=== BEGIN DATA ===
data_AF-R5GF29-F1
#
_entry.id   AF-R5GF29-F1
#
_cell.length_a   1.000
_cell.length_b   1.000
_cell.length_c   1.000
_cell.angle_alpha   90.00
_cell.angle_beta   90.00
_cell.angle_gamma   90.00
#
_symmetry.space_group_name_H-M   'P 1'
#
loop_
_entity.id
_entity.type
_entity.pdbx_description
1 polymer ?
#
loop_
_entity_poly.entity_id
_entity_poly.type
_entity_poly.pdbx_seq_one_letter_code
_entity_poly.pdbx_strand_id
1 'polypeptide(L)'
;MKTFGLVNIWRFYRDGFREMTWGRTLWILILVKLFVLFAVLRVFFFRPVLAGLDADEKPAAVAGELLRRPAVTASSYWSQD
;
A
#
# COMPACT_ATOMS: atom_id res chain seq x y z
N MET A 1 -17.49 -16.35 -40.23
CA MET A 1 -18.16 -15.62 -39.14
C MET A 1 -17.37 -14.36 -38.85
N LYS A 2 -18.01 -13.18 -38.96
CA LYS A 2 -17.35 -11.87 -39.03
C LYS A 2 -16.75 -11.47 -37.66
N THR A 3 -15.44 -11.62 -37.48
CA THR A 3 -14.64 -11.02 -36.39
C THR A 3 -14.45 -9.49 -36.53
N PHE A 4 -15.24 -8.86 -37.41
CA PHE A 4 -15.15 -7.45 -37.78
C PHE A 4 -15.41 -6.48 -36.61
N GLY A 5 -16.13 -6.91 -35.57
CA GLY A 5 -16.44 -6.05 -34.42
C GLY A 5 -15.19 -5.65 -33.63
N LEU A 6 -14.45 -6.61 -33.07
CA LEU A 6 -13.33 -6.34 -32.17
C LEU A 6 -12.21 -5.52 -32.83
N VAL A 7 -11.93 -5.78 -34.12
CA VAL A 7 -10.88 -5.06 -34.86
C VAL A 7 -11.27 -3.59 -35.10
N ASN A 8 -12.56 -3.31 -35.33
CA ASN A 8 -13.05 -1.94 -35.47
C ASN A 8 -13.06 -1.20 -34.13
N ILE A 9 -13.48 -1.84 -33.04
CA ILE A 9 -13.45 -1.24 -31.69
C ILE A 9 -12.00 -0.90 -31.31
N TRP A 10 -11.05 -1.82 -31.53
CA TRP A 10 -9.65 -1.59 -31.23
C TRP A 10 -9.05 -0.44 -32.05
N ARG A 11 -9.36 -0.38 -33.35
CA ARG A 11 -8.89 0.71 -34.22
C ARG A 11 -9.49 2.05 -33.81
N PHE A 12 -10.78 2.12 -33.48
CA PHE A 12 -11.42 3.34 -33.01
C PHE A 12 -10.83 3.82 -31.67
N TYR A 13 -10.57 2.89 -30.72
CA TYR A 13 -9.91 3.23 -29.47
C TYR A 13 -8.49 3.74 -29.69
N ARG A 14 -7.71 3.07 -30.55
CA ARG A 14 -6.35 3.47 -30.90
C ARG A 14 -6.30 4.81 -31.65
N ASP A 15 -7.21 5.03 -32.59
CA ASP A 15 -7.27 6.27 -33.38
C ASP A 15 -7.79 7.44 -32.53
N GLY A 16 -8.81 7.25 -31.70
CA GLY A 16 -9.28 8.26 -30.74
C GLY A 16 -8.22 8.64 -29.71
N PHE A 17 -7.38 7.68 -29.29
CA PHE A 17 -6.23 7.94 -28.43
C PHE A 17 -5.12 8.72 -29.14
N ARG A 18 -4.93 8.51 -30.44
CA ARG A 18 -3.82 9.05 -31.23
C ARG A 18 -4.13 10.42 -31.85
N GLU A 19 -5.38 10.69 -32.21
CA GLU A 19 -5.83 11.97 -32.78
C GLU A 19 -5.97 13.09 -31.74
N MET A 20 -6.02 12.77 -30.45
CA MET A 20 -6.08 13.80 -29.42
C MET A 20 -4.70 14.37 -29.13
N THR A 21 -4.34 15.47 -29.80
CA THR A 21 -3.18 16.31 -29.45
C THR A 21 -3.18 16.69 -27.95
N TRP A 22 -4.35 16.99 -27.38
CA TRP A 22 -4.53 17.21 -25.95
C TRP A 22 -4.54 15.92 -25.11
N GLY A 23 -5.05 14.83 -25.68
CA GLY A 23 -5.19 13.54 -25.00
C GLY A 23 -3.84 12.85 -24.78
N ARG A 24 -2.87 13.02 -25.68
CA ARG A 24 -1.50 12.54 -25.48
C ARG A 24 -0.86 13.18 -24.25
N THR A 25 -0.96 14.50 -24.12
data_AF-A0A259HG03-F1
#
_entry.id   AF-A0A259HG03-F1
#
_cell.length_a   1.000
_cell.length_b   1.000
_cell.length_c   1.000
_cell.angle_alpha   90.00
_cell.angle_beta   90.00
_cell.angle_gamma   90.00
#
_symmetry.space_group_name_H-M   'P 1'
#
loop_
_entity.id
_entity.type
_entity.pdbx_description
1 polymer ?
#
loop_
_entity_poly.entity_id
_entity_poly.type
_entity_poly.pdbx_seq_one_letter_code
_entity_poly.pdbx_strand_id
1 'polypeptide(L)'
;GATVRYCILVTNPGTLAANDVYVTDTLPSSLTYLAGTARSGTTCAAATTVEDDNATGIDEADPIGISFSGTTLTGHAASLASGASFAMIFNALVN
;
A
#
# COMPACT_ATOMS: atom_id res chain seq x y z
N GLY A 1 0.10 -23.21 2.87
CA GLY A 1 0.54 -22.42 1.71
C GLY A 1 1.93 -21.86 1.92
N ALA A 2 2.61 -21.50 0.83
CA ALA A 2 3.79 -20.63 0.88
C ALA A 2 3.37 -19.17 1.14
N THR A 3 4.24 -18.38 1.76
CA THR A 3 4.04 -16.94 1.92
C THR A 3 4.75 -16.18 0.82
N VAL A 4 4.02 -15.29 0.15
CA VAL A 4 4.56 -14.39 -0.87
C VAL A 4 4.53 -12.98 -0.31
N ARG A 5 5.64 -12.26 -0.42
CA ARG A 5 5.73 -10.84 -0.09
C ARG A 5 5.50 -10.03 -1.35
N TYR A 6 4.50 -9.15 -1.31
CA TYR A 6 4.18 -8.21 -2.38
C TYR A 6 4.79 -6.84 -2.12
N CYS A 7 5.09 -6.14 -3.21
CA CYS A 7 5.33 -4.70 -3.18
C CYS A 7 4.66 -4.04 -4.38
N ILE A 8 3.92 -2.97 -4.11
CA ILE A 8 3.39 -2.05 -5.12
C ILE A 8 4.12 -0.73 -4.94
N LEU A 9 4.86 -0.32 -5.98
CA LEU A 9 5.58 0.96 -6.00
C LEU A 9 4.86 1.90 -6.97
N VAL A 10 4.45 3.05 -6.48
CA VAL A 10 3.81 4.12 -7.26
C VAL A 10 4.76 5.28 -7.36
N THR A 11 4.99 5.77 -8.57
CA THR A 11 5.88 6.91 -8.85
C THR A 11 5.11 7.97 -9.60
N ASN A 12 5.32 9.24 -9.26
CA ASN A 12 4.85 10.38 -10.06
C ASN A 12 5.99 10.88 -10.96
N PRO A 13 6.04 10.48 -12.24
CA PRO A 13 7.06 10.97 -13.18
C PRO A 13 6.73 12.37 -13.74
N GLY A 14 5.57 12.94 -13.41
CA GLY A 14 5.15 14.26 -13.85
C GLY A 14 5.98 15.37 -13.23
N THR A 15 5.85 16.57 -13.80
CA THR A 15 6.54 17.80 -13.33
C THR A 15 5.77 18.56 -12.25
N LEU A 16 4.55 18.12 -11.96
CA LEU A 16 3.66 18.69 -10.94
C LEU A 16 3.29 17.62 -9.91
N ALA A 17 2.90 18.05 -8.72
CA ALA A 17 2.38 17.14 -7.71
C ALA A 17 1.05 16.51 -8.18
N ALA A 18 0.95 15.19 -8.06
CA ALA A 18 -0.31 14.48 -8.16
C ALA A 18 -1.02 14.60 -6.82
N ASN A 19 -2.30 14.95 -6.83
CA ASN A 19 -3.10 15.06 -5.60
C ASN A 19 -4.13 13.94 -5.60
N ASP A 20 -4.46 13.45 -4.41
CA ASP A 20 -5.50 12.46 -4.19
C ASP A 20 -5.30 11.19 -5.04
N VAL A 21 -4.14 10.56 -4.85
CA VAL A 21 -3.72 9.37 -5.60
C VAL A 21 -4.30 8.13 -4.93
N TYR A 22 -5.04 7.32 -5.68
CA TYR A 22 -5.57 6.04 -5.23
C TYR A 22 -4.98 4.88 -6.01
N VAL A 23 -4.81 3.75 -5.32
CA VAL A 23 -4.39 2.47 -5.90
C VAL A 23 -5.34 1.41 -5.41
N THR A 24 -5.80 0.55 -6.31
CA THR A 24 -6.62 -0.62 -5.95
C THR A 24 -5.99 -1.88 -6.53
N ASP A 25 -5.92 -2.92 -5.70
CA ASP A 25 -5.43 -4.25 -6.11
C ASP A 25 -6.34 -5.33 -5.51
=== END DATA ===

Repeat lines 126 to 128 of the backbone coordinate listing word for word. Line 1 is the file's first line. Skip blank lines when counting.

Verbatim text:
_entity_poly.pdbx_seq_one_letter_code
_entity_poly.pdbx_strand_id
1 'polypeptide(L)'